“One must observe the proper rites.”
“What is a rite?” asked the little prince.
“Those also are actions too often neglected,” said the fox. “They are what make one day different from other days, one hour from other hours.”
—The Little Prince, by Antoine de Saint-Exupéry
Obsessive-compulsive disorder is a common and serious illness whose core symptoms seem to merge more closely with normal human behavior and cultural traditions than those of most other mental illnesses (1).
Obsessions are recurrent and persistent thoughts, impulses, images, or doubts that are intrusive or inappropriate and that cause anxiety or distress. Since the persistent thoughts are often morally or physically repugnant, they can cause great shame. For this reason, many sufferers do not reveal their struggles. Even when sufferers recognize their worries as a product of their mind, they interpret it as a failure to master their own mind. Usually those suffering from the disorder try to ignore or suppress their obsessions or neutralize them with other compulsive thoughts or actions. Compulsions are repetitive behaviors, including mental acts, that a person feels driven to perform, either in response to an obsession or cued by some concrete object according to rigid rules. In the past, obsessions and compulsions were viewed as disparate elements, but recently the two have begun to be integrated into a one-dimensional approach. Principal-component analysis identifies five factors explaining 65.5% of variance in outcome: symmetry/ordering, hoarding, contamination/cleaning, aggressive/checking, and sexual/religious obsessions (2). These factors also have high familiality in sibling pairs with obsessive-compulsive disorder, which suggests that they could be genetically determined traits (2).
Obsessive-compulsive experiences and symptoms have been reported in 90% of healthy adults, particularly during childhood, when it would seem that these symptoms facilitate many types of learning (3). When it is not dysfunctional, obsessionality may be socially rewarding. For example, 50% of reported cases of female adult-onset obsessive-compulsive disorder begin in the postpartum period (4). Accordingly, obsessive-compulsive disorder has been described as a pathological form of altruism or maternal love, perhaps a result of the deregulation of the brain circuits responsible for threat detection as part of normal parental behavior (5). Obsessive-compulsive traits are also manifested as “magical thinking,” a common mental technique for asserting control over the world through rituals. Magical thinking, an ancestor of science in most cultures, cognitively represents the concept of thought-action fusion. One of the roles of magical thinking is the formation of fear of and responsibility for causing harm to others (6).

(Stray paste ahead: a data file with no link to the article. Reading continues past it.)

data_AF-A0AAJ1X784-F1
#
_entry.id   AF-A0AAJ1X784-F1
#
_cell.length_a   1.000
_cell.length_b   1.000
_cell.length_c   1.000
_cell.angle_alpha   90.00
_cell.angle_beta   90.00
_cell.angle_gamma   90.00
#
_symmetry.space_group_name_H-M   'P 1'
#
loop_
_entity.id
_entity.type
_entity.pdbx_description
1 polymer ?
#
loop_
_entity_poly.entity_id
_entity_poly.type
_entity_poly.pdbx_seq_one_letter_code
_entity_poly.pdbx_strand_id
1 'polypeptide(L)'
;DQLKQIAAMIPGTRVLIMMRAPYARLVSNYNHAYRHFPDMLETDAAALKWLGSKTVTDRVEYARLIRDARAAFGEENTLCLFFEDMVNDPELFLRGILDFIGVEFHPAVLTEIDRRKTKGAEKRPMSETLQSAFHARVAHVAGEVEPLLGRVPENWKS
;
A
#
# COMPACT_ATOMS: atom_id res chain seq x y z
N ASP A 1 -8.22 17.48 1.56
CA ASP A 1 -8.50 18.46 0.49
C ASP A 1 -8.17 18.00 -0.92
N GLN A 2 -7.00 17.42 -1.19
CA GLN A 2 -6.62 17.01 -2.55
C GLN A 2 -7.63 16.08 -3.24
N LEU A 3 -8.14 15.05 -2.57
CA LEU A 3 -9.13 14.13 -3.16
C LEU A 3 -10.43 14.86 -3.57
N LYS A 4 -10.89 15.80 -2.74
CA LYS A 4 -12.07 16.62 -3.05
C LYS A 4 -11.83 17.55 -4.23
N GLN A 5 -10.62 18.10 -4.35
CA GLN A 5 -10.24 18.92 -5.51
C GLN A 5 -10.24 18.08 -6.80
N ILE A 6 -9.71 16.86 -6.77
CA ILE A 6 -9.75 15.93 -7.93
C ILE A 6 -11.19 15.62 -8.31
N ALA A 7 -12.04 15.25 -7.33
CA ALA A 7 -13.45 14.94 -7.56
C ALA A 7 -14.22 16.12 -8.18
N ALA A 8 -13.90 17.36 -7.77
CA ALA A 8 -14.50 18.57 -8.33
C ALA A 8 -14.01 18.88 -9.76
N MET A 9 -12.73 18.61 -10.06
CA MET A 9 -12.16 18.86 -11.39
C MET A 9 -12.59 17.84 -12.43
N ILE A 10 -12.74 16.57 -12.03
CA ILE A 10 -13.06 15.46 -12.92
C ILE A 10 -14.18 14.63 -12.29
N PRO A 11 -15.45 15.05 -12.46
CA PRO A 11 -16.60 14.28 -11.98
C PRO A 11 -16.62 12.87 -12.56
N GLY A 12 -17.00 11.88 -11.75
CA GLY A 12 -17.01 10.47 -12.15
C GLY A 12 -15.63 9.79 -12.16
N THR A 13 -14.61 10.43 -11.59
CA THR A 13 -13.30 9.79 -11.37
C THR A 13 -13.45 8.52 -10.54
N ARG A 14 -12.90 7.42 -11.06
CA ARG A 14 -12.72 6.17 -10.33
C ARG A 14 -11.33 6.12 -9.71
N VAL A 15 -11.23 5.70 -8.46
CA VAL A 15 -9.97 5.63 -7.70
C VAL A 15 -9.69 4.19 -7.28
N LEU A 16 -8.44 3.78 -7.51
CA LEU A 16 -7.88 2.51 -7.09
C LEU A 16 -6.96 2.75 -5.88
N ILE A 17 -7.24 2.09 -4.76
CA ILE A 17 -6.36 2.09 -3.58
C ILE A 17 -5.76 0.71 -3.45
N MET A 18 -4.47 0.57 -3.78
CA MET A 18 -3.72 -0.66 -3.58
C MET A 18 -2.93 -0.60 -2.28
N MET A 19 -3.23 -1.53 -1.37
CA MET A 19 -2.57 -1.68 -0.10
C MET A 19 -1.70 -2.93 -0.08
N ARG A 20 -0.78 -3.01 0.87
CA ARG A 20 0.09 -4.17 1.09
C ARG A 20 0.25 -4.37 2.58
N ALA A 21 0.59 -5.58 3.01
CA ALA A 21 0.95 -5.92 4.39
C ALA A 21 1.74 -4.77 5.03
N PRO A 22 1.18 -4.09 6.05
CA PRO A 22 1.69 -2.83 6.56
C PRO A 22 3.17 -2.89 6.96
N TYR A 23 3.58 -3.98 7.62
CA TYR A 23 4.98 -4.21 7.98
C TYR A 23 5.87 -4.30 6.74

The epidemiology of obsessive-compulsive disorder is quite consistent in different countries and across cultural studies. Results from 15 clinical samples from different continents suggest that cultural variation has minimal influence on lifetime prevalence rates, which range from 1.9% in Korea to 2.5% in Puerto Rico (7). As might be expected, symptoms often take on characteristics of the patient’s culture. For example, a correlation between compulsive ablution, poor insight, and religious rituals has been reported among Egyptian Muslims (8). The religious connotation of obsessive-compulsive disorder in Muslim culture is denoted by the term weswas, which refers to the devil as well as obsession. The early Christian definition of the term “obsession” has the same connotation, meaning partially lucid diabolic possession.
Matsunaga and colleagues report in this issue of the Journal the first comprehensive analysis of the symptoms of obsessive-compulsive disorder in an Asian population. Due to its history of isolation, the Japanese population is one of the largest populations with a single ethnicity. Some of Japan’s isolation is reflected in its unique cultural institutions, which rely on highly ritualized ceremonies to regulate aggression in social interactions. It has been said that the Japanese have made courtesy a religion, as concern regarding negative social evaluation is much stronger in Japan than in Western cultures (9). Shame has been linked to suicidal behavior and even glorified in Japanese literature by Yukio Mishima (10) and others. Despite these well-known cultural differences, the symptoms of obsessive-compulsive disorder in Japan are remarkably similar to those in other cultures. Four factors explain 58% of the variance: contamination/washing, hoarding, symmetry/repeating and ordering, and aggressive/checking. Symmetry is associated with an earlier age of onset and, along with hoarding, accounts for decreased function and poorer outcome from treatment. The results suggest that obsessive-compulsive disorder is more deeply embedded in common neurobiology than in cultural differences.